An argument is a coherent series of statements leading from a premise to a conclusion. One can cite
evidences to strengthen an argument or attack its assumption to weaken an argument.

Premises + Evidence = Conclusion

I. Conclusion

How do you identify the author’s conclusion? Most often, a conclusion is stated in the last or first sentence
in an argument. The conclusion rarely comes in the middle of an argument. Also, you can search for the
conclusion indicators that are commonly used to introduce a conclusion.

Conclusion Indicators

so thus therefore as a result

consequently accordingly hence imply

conclude that follows that means that infer that

II. Premise

Premise is the fact or reason that the author uses to strengthen his argument. The following are phrases
that introduce the premises of an argument.

Premise Indicators

because since for as

if assume suppose evidence

the reason is may be derived


on the basis of in that
that from

III. Counter-evidence

Sometimes, the author uses counter-evidence words to argue against his opposite, or concede certain
minor points that may weaken his argument. For the latter, the counter evidence is finally refuted by further
evidence. Following are some of the most common used counter-evidence indicators.

Counter-evidence Indicators

actually despite admittedly except


even though nonetheless nevertheless although

however In spite of do may

IV. Assumptions

Assumptions are those that the author uses to strengthen his argument but leaves it unstated.

The assumption is a gap between the premises and the conclusion. In order to evaluation an argument,
you always have to find this gap.

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http://www.wonderhowto.com/how-to-improve-your-chances-passing-gmat-263364/

How to improve your chances of passing the


GMAT
What Skills Does the GMAT
Test?

The GMAT primarily tests four skills:

1. Endurance and ability to focus


You'll have to stare at a screen intensely and focus for nearly four hours. Keep this in mind when
taking practice tests. Get used to working for many hours on end. Learn how to relax. The
physical and mental exhaustion is part of the test's challenge. That's why we offer GMAT CAT
practice tests. You should take as many practice CATs as possible to learn the test and to get
used to the grueling experience.

2. Basic knowledge of grammar, math, reasoning, and argument formation


The second skill, a basic knowledge of grammar, math, reasoning, and argument formation, is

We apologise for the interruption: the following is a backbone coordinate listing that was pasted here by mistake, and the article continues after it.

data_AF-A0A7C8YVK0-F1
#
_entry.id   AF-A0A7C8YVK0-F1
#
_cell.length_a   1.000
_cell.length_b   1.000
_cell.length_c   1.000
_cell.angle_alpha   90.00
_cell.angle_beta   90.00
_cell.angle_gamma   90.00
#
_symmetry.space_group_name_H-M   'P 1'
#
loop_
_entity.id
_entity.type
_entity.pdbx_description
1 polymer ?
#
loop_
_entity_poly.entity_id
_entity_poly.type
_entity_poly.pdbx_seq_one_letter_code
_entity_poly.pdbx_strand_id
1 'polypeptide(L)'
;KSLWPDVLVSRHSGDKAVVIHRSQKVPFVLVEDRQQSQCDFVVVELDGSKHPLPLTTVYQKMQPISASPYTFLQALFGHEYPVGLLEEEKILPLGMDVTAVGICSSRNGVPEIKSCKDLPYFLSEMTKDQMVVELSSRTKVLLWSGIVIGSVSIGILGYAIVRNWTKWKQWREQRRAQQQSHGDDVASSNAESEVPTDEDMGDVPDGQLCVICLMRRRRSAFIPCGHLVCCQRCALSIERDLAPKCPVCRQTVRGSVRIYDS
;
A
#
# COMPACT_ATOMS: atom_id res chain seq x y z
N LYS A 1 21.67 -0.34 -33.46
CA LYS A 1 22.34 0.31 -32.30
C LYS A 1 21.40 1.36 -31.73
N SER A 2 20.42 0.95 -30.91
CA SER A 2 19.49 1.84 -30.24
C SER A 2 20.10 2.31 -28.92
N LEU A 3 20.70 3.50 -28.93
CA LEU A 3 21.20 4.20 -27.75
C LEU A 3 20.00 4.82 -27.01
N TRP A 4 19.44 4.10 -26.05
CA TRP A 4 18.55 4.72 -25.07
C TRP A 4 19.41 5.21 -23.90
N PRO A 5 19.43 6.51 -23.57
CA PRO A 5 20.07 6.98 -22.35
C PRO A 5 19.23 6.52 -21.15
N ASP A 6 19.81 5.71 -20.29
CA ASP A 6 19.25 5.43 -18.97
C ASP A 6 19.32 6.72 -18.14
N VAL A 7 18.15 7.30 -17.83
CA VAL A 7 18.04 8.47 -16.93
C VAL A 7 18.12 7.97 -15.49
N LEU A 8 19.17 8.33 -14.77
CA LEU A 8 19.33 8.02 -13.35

covered in the later chapters of this online prep guide. No calculators are allowed on test day, so
you need to practice doing basic math calculations

3. Test-taking skills: ability to guess, work at an appropriate pace, and make decisions under
pressure
These skills are covered in this chapter and throughout the online guide. Timing is a major part of
test-taking skill, particularly for the GMAT CAT. Our patent-pending Test Pacer system will teach
you the pacing interactively.

4. Problem-solving abilities
To improve your problem-solving abilities, the fourth skill, we have extensive information on
reasoning techniques and math concepts throughout this online guide. When you get a question
wrong, make sure to review our explanations so that you understand the conceptual error that
you made in the question. You do not want to repeat the error.
http://800score.com/c1p1.html

GMAT Prep Guide for the Math and Verbal Sections

The GMAT (Graduate Management Admissions Test) consists of two multiple-choice sections
(Quantitative and Verbal) and an essay section called the Analytical Writing Assessment (AWA).

Quantitative Section:
37 questions
75 minutes
Problem Solving Questions (approx. 24 Questions)
Data Sufficiency Questions (approx. 13 Questions)

Verbal Section:
41 questions
75 minutes
Reading Comprehension (approx. 14 Questions)
Sentence Correction (approx. 13 Questions)
Critical Reasoning (approx. 14 Questions)

Essay Questions (Analytical Writing Assessment):


The GMAT CAT begins with the two AWA questions. For each of these sections, you have thirty
minutes to type an essay into the computer using a simple word-processing program. The essay
sections are administered first, but the Quantitative and Verbal multiple-choice sections can